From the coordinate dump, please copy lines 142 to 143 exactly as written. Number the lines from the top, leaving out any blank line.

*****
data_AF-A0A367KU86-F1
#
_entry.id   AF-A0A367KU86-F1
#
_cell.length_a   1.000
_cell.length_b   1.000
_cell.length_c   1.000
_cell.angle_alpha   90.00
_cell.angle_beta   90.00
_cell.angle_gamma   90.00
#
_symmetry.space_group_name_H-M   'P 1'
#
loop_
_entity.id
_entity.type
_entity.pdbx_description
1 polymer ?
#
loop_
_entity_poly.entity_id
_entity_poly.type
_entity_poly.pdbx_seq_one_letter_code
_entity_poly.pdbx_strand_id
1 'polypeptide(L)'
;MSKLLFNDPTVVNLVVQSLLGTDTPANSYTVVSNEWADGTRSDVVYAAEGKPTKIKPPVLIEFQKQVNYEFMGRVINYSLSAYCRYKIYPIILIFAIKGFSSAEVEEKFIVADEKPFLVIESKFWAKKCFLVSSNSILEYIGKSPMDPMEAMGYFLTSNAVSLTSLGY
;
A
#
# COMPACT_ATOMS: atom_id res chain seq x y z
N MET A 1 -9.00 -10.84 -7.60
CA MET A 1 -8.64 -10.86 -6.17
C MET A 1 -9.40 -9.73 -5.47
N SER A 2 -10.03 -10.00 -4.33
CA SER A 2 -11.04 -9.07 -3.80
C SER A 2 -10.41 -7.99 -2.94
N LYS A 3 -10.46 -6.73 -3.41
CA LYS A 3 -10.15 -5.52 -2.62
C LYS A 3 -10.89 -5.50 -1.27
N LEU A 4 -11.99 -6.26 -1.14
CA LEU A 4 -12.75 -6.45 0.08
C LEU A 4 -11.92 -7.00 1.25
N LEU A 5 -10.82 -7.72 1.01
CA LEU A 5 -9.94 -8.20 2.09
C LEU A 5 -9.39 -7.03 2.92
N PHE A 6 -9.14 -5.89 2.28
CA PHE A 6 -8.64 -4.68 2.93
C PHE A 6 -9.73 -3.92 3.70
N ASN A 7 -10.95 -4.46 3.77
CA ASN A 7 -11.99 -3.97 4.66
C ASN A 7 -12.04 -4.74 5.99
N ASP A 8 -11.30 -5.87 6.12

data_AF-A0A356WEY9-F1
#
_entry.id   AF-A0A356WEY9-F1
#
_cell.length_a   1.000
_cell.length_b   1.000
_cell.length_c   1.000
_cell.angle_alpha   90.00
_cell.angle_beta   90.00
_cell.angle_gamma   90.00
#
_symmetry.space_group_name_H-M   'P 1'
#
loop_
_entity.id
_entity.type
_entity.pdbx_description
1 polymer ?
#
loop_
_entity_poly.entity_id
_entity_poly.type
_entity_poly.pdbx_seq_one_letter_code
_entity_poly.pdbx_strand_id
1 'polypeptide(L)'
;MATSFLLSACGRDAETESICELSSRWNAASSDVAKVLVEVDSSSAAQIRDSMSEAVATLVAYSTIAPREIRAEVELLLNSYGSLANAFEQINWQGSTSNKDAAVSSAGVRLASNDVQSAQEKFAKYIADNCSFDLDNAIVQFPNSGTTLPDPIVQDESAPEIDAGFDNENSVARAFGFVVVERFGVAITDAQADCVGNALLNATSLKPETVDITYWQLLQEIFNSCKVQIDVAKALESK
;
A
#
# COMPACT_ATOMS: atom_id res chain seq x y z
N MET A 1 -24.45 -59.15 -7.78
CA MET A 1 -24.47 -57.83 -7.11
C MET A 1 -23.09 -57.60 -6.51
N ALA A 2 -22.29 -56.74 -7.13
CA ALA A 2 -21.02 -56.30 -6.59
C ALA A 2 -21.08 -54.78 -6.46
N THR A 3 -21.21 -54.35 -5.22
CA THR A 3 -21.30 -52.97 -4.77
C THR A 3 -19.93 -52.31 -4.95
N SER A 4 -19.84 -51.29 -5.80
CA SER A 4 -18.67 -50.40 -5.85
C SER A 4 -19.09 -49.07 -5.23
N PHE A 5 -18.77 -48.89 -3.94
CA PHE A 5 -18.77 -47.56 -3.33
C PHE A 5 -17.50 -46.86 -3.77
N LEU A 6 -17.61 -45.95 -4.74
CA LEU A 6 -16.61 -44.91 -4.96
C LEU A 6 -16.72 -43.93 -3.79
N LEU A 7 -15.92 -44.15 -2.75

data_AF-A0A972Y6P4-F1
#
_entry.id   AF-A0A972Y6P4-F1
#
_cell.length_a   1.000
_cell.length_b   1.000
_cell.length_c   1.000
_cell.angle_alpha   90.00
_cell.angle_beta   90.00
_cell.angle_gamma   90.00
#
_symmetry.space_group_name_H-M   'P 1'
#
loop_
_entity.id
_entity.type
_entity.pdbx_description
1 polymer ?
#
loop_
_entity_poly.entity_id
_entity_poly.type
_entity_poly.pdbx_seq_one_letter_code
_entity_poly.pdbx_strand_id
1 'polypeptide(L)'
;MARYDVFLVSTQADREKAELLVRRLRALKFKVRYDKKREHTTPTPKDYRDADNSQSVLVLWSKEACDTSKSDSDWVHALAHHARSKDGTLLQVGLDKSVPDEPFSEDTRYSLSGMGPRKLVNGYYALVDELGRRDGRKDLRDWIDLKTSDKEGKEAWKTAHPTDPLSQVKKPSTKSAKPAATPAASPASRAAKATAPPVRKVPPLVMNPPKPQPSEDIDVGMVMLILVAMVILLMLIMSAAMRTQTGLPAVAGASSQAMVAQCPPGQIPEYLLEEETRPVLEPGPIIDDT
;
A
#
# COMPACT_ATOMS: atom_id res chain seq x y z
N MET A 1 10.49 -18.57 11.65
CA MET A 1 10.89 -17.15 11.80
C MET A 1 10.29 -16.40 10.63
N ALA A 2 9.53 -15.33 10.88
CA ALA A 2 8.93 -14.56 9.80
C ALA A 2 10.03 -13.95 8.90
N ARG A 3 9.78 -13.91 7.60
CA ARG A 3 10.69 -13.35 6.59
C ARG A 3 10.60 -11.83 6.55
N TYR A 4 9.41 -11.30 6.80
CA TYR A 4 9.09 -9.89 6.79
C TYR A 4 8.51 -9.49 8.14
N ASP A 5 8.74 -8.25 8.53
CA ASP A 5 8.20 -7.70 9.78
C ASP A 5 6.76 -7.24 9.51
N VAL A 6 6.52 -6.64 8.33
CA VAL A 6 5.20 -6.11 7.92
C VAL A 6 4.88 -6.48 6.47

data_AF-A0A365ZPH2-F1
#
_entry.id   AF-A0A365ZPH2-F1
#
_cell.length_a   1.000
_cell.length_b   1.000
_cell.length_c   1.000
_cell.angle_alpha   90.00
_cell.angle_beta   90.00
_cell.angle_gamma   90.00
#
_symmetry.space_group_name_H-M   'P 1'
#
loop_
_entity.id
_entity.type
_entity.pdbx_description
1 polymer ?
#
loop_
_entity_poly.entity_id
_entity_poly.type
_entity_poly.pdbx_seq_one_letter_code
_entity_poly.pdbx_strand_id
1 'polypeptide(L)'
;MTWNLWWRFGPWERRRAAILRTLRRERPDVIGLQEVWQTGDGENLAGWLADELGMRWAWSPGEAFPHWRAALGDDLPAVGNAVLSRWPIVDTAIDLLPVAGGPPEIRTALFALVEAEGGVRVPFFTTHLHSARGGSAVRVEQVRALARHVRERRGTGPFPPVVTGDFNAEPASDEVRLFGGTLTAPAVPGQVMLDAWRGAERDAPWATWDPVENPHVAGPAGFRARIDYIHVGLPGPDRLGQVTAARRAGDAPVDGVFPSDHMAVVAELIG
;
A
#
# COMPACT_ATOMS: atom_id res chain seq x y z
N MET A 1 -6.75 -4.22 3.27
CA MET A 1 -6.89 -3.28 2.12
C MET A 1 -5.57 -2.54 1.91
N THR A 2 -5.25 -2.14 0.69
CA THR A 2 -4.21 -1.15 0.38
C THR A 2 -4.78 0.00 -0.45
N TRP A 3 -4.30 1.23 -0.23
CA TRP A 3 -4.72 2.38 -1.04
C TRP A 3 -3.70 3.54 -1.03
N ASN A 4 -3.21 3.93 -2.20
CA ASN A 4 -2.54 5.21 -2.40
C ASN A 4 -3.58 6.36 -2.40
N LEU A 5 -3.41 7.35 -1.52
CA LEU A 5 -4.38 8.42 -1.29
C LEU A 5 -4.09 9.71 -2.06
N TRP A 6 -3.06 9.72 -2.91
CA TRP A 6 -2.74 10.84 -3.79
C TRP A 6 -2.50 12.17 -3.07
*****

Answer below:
CA TYR A 4 9.09 -9.89 6.79
C TYR A 4 8.51 -9.49 8.14